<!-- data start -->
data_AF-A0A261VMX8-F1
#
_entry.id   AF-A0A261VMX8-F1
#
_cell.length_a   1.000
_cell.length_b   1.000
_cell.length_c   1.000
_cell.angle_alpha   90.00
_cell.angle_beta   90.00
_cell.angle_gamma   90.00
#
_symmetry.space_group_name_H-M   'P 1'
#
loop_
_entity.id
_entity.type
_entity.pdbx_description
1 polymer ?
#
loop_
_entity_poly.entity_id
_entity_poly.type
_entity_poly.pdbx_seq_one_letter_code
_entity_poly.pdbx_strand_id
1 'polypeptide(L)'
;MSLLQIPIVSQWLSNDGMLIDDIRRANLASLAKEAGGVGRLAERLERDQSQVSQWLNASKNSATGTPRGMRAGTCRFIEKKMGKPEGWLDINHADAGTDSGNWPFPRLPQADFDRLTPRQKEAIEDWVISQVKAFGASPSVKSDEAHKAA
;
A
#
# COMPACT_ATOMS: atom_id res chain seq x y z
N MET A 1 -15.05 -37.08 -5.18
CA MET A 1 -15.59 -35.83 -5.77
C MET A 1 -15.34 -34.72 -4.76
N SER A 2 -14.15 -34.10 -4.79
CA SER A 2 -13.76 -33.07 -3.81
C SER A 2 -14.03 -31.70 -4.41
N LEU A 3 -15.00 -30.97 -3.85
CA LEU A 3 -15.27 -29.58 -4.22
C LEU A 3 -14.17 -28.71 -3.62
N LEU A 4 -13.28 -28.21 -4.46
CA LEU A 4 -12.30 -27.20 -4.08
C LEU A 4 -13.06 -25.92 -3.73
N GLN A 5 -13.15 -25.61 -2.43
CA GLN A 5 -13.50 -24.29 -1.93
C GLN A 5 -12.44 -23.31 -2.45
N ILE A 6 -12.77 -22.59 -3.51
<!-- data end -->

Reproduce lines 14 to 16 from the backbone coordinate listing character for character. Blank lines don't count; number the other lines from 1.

loop_
_entity.id
_entity.type